Answer. There is a critical difference between fixed term leases (i.e. those having a definite commencement date and expiration date) and periodic tenancies (i.e. month-to-month tenancies that continue month after month, and only terminate if the tenant gives not less than 30-days’ written notice, or the landlord terminates for cause).
Fixed term tenancies may only be for a term of two years or more. Rent is set in the lease, and (hopefully) the landlord has built into the document a rent increase formula (e.g. a “base” amount plus a percentage increase tied to some recognized index, e.g. the CPI, or Consumer Price Index). Not less than 60 days prior to the expiration of the lease term, the landlord must give written notice of the terms of the new lease (including rent), and may include new rules, etc., so long as they are all consistent with the terms of the leases and rules given to new incoming residents. See, ORS 90.545.
Rent for periodic tenancies, such as month-to-month, can only increase through a 90-day notice, pursuant to ORS 90.600. Note that this statute limits its application to “month to month tenancies”, so a landlord with a fixed term tenancy cannot use that statute to increase rent for a fixed term tenancy.
Question No. 2. Can a landlord raise rent in the first year of the lease, or does he/she have to wait a year? Is there a way around the first year limitation on rent increases if the resident is on a lease?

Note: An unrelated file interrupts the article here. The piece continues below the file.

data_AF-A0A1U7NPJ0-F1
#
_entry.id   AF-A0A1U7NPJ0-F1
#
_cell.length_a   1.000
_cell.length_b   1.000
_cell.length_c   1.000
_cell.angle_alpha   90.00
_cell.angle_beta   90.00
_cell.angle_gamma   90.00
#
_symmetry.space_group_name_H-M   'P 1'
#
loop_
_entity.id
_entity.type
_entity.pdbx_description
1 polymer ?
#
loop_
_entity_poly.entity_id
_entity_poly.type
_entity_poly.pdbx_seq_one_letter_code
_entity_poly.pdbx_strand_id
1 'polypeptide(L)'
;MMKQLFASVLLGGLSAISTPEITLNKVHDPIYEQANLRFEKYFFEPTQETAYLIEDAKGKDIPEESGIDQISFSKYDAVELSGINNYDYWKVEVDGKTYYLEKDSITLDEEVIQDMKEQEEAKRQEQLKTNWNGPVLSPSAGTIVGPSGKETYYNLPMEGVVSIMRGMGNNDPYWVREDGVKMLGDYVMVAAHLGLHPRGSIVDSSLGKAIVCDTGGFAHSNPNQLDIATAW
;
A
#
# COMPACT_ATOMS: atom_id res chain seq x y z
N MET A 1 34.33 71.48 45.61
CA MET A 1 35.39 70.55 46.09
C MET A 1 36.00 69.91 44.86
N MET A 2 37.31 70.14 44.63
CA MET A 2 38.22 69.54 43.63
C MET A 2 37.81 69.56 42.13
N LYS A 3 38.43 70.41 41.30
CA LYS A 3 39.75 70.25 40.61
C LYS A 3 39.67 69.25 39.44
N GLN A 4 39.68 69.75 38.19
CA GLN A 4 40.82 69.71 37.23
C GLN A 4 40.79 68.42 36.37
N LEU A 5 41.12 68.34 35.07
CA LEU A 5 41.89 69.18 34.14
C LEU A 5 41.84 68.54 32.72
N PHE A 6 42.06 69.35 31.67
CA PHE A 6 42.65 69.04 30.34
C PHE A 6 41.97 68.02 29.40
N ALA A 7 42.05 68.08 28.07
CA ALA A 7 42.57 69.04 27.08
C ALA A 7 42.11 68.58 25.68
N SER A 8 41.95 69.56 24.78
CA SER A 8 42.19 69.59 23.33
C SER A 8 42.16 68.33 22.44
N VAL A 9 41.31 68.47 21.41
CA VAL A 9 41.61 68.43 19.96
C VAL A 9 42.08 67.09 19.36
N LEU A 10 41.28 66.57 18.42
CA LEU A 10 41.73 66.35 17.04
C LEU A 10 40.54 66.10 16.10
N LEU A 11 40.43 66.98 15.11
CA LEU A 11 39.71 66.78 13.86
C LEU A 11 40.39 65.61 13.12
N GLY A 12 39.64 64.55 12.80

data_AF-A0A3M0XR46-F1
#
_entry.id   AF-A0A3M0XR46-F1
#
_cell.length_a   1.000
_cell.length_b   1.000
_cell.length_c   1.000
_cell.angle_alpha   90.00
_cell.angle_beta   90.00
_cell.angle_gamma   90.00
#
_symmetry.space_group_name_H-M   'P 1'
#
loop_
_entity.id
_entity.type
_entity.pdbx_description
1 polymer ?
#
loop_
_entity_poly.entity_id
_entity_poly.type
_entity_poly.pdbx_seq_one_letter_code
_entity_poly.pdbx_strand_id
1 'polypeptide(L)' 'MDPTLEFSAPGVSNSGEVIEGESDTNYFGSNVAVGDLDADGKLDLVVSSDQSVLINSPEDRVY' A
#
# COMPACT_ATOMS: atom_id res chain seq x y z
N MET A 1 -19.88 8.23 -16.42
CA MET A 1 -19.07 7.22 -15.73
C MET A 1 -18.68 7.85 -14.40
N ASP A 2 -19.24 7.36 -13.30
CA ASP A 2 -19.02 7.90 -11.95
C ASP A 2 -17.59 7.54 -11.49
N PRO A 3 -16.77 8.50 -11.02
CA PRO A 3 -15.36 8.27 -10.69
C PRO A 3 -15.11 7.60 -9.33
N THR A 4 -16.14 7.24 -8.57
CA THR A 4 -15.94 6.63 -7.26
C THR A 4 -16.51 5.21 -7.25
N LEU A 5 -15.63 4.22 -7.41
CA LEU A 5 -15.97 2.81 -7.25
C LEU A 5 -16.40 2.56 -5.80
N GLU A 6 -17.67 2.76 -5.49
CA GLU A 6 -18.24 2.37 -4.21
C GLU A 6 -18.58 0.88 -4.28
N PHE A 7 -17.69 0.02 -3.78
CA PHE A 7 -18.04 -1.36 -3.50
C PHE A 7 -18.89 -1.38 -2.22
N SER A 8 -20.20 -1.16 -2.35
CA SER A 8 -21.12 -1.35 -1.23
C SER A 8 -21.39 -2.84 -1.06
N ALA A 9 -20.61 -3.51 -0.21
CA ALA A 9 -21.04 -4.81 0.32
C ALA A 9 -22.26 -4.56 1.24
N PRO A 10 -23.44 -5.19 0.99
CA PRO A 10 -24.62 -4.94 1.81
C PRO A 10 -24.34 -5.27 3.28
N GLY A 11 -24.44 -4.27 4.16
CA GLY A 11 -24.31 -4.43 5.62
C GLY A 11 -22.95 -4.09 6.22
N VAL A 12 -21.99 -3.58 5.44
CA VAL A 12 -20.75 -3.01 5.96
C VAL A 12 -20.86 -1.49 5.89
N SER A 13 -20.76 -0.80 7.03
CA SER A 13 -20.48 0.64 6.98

Answer. Section 2 of House Bill 4143 (2016) provides as follows:
(2) If a tenancy is a month-to-month tenancy, the landlord may not increase the rent:
(a) During the first year after the tenancy begins.
(b) At any time after the first year of the tenancy without giving the tenant written notice at least 90 days prior to the effective date of the rent increase.
(3) The notices required under this section must specify:
(a) The amount of the rent increase;
(b) The amount of the new rent; and
(c) The date on which the increase becomes effective.
(4) This section does not apply to tenancies governed by ORS 90.505 to 90.850. (i.e. manufactured housing communities) (Emphasis mine.)
So in regards to your question, the one-year limitation only applies to month-to-month tenancies for homes that are not under the law governing manufactured housing communities, i.e. ORS 90.505 – 90.580.
However, note that RVs are not considered manufactured homes, so if you had them in your community and they were on month-to-month tenancies, you would be subject to the one year limitation on rent increase.
And there is no one-year prohibition against rent increases for homes on leases, either inside or outside manufactured housing communities, because, as noted above, it is assumed a rent increase protocol was already built into the lease at the time it was signed by the landlord and tenant. The state law cannot interfere with that contractually agreed-upon arrangement. So you don’t have to figure out a work-around for leases – just build in a good formula to cover the years of the lease term.
Question No. 3. What about rent increases in the Portland metro area? What are the limitations?